Friday, December 14, 2007

Models and simulations of consumers and rhythms of everyday life

Our Kulta project organized a seminar on 13th of December at the Helsinki University of Technology. Mika Pantzar, professor at National Consumer Research Center and researcher at Helsinki School of Economics, showed interesting examples of rhythms of everyday life. The topic is related to his collaboration research with Prof. Elisabeth Shove from Lancaster University.
Pantzar presented the idea of considering everyday life through the concepts of melody (sequentiality), harmony (synchronicity) and rhythm. He showed interesting examples of various kinds of time series. For instance, the time used for eating in Spain and France is clearly clustered around lunch and dinner times whereas in Finland people are eating throughout the day rather evenly.

Dr. Amaury Lendasse, the head of the group on Time series prediction and chemoinformatics, gave a tutorial on time series analysis. He presented a number of examples in the areas of economics, physics, industry, astronomy, climatology and hydrology. Lendasse made a distinction between recursive prediction, direct prediction and hybrid prediction in long term time series prediction. He also discussed links between variable selection, scaling selection and distance measures.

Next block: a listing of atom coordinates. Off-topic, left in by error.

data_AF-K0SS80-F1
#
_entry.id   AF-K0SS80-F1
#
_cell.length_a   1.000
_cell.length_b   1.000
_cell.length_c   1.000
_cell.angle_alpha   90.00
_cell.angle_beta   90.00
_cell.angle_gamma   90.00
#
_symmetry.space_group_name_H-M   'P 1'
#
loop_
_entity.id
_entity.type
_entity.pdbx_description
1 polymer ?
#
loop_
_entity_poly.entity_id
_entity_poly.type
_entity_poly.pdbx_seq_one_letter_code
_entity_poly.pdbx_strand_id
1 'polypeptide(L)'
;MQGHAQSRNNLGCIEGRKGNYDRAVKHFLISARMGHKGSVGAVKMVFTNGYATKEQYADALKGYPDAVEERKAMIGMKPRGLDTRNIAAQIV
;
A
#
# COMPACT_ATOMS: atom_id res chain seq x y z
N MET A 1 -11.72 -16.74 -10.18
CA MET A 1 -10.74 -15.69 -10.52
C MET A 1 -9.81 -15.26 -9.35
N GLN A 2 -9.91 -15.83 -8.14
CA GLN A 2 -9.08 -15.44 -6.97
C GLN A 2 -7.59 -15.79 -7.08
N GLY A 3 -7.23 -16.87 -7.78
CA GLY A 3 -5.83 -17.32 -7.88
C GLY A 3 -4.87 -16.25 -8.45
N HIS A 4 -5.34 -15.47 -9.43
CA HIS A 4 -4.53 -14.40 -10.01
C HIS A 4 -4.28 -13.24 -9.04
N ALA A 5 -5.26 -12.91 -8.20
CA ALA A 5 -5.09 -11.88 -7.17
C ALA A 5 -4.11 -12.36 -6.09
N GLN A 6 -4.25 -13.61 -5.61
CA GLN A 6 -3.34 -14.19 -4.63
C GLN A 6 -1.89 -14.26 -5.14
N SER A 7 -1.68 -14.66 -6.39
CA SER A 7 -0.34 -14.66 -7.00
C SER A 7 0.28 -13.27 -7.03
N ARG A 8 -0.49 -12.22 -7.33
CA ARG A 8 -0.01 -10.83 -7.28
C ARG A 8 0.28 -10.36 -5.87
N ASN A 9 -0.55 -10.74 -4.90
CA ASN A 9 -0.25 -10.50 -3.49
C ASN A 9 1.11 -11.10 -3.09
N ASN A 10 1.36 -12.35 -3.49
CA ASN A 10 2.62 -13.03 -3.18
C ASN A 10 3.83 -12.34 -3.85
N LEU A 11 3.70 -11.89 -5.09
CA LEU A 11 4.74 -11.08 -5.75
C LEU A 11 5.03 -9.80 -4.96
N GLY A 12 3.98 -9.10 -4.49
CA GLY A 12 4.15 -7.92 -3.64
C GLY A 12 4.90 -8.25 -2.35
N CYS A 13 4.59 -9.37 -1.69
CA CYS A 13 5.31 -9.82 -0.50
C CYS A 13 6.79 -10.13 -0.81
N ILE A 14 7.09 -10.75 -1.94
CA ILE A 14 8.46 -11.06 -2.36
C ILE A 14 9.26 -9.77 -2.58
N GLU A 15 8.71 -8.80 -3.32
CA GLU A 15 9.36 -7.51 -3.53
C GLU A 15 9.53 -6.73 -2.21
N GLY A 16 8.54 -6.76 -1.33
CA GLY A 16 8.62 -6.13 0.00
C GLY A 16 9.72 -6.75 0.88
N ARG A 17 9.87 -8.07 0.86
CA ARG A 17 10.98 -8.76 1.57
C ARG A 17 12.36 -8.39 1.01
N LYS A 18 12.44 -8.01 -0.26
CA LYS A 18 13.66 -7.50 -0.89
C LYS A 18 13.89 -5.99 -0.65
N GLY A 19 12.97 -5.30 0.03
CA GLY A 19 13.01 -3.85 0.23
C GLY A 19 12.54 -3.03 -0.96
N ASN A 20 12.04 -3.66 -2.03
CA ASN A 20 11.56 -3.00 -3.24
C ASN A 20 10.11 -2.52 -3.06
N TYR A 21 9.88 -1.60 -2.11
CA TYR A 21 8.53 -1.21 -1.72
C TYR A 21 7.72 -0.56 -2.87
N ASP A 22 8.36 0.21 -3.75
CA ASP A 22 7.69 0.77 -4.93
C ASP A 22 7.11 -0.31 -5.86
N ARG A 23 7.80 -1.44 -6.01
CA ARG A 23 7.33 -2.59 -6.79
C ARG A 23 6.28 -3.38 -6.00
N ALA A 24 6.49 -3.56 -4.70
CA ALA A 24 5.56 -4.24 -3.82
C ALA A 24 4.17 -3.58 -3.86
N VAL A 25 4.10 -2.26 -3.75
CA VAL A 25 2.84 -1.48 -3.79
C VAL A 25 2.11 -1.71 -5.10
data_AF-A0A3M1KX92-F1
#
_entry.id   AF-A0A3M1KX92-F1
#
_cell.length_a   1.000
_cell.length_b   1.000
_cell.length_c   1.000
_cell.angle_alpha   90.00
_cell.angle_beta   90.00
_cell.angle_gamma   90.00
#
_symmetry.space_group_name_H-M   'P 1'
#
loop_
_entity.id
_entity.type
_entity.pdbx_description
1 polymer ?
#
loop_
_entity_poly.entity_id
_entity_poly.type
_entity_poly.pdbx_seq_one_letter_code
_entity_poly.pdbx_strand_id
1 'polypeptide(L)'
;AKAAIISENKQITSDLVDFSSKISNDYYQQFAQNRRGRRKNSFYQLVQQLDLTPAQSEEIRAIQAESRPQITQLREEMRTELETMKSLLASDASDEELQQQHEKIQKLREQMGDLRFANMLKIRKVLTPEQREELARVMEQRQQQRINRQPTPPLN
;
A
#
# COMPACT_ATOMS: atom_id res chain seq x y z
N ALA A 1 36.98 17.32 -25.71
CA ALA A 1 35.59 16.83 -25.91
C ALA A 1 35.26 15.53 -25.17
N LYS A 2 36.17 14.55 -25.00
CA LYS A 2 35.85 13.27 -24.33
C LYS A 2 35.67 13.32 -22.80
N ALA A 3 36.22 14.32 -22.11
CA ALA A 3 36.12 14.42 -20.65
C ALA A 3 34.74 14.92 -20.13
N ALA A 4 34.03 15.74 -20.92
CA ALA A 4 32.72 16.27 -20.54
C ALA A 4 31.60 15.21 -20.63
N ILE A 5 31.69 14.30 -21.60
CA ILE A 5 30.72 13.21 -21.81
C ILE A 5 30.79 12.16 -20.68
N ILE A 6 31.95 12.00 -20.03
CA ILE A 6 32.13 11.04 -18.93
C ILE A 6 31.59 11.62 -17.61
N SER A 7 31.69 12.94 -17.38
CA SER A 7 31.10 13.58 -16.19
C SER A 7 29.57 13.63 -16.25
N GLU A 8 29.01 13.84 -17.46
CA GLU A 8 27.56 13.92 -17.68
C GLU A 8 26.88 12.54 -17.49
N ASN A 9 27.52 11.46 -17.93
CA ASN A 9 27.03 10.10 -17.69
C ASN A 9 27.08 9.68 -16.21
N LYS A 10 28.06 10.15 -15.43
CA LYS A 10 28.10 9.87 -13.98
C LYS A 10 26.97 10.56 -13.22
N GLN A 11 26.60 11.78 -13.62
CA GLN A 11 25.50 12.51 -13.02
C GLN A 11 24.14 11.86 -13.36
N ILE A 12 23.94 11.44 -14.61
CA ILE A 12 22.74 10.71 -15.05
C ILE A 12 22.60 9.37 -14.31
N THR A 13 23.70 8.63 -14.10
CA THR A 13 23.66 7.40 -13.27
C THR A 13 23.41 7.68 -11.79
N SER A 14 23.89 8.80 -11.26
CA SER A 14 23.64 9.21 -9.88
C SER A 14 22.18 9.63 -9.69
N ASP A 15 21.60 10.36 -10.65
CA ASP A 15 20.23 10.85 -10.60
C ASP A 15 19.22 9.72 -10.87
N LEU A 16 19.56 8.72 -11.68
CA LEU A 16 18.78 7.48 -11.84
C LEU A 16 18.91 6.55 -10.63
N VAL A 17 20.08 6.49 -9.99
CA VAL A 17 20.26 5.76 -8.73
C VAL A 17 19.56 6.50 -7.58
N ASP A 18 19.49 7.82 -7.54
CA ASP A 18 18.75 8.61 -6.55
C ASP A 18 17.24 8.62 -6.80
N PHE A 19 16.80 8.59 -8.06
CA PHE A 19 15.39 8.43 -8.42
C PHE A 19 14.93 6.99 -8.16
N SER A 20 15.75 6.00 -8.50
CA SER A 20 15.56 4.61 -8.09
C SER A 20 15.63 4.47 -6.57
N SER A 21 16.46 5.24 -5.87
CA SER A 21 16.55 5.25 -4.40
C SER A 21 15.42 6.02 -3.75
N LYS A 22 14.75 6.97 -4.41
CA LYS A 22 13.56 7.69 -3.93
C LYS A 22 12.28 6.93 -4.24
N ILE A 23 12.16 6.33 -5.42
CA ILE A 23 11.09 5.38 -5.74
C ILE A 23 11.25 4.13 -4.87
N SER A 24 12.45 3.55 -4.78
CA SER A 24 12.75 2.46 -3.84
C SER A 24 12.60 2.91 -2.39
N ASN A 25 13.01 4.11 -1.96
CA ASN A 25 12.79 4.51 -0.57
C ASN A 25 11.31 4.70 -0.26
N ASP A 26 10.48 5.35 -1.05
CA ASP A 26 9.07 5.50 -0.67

In the end, we discussed some similarities and differences between various disciplines that consider future. Time series prediction aims at developing methods for predicting the future values of some numerical variables. On the other hand, scenarios are created from a qualitative point of view. Similarly, control aims at manipulating some variable values in such a way that some quantitatively measurable process can be directed into wanted direction. Decision making aims at directing some process into wanted direction through measaures that can be described mainly at qualitative level.

1 comment:

IntelliDynamics said...

Other good consumer demand data that shows nice cycles is water demand and natural gas / power demand, probably easily gotten on request from various power and utility companies around. Nice 2 "hump" data in the USA, with variances by day of week, including noticable differences on Saturdays and Sundays from the rest (of course).